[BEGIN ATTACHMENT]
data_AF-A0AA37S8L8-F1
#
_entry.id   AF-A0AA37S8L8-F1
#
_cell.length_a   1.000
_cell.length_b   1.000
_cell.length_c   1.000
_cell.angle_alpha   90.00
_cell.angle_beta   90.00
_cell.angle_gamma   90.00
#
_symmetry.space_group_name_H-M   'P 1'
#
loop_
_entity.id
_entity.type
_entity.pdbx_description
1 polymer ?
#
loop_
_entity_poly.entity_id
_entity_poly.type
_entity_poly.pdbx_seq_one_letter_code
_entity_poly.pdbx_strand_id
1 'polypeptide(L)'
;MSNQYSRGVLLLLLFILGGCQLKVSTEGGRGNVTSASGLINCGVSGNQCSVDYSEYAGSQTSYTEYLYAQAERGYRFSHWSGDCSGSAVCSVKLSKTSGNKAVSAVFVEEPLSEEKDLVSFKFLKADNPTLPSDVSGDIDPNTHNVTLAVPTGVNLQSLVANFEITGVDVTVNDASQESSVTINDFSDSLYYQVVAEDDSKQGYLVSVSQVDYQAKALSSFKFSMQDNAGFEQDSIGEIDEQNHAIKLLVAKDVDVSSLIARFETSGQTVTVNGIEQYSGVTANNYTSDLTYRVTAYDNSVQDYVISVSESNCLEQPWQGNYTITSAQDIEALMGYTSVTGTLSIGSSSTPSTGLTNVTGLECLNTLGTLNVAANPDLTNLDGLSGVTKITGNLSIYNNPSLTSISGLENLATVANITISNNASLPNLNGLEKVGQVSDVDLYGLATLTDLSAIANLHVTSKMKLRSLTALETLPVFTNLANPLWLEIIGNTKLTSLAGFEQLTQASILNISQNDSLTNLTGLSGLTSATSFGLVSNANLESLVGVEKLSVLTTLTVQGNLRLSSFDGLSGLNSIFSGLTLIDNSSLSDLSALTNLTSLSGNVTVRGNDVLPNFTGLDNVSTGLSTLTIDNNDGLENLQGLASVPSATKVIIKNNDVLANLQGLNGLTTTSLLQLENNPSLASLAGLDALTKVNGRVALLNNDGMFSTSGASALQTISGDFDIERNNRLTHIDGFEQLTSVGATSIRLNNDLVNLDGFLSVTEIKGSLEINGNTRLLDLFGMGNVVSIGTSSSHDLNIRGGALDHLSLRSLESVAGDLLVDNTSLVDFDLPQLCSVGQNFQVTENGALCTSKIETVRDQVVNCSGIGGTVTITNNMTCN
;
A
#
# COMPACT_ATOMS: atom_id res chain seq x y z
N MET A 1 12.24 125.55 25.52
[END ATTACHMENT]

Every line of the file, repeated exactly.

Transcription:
data_AF-A0AA37S8L8-F1
#
_entry.id   AF-A0AA37S8L8-F1
#
_cell.length_a   1.000
_cell.length_b   1.000
_cell.length_c   1.000
_cell.angle_alpha   90.00
_cell.angle_beta   90.00
_cell.angle_gamma   90.00
#
_symmetry.space_group_name_H-M   'P 1'
#
loop_
_entity.id
_entity.type
_entity.pdbx_description
1 polymer ?
#
loop_
_entity_poly.entity_id
_entity_poly.type
_entity_poly.pdbx_seq_one_letter_code
_entity_poly.pdbx_strand_id
1 'polypeptide(L)'
;MSNQYSRGVLLLLLFILGGCQLKVSTEGGRGNVTSASGLINCGVSGNQCSVDYSEYAGSQTSYTEYLYAQAERGYRFSHWSGDCSGSAVCSVKLSKTSGNKAVSAVFVEEPLSEEKDLVSFKFLKADNPTLPSDVSGDIDPNTHNVTLAVPTGVNLQSLVANFEITGVDVTVNDASQESSVTINDFSDSLYYQVVAEDDSKQGYLVSVSQVDYQAKALSSFKFSMQDNAGFEQDSIGEIDEQNHAIKLLVAKDVDVSSLIARFETSGQTVTVNGIEQYSGVTANNYTSDLTYRVTAYDNSVQDYVISVSESNCLEQPWQGNYTITSAQDIEALMGYTSVTGTLSIGSSSTPSTGLTNVTGLECLNTLGTLNVAANPDLTNLDGLSGVTKITGNLSIYNNPSLTSISGLENLATVANITISNNASLPNLNGLEKVGQVSDVDLYGLATLTDLSAIANLHVTSKMKLRSLTALETLPVFTNLANPLWLEIIGNTKLTSLAGFEQLTQASILNISQNDSLTNLTGLSGLTSATSFGLVSNANLESLVGVEKLSVLTTLTVQGNLRLSSFDGLSGLNSIFSGLTLIDNSSLSDLSALTNLTSLSGNVTVRGNDVLPNFTGLDNVSTGLSTLTIDNNDGLENLQGLASVPSATKVIIKNNDVLANLQGLNGLTTTSLLQLENNPSLASLAGLDALTKVNGRVALLNNDGMFSTSGASALQTISGDFDIERNNRLTHIDGFEQLTSVGATSIRLNNDLVNLDGFLSVTEIKGSLEINGNTRLLDLFGMGNVVSIGTSSSHDLNIRGGALDHLSLRSLESVAGDLLVDNTSLVDFDLPQLCSVGQNFQVTENGALCTSKIETVRDQVVNCSGIGGTVTITNNMTCN
;
A
#
# COMPACT_ATOMS: atom_id res chain seq x y z
N MET A 1 12.24 125.55 25.52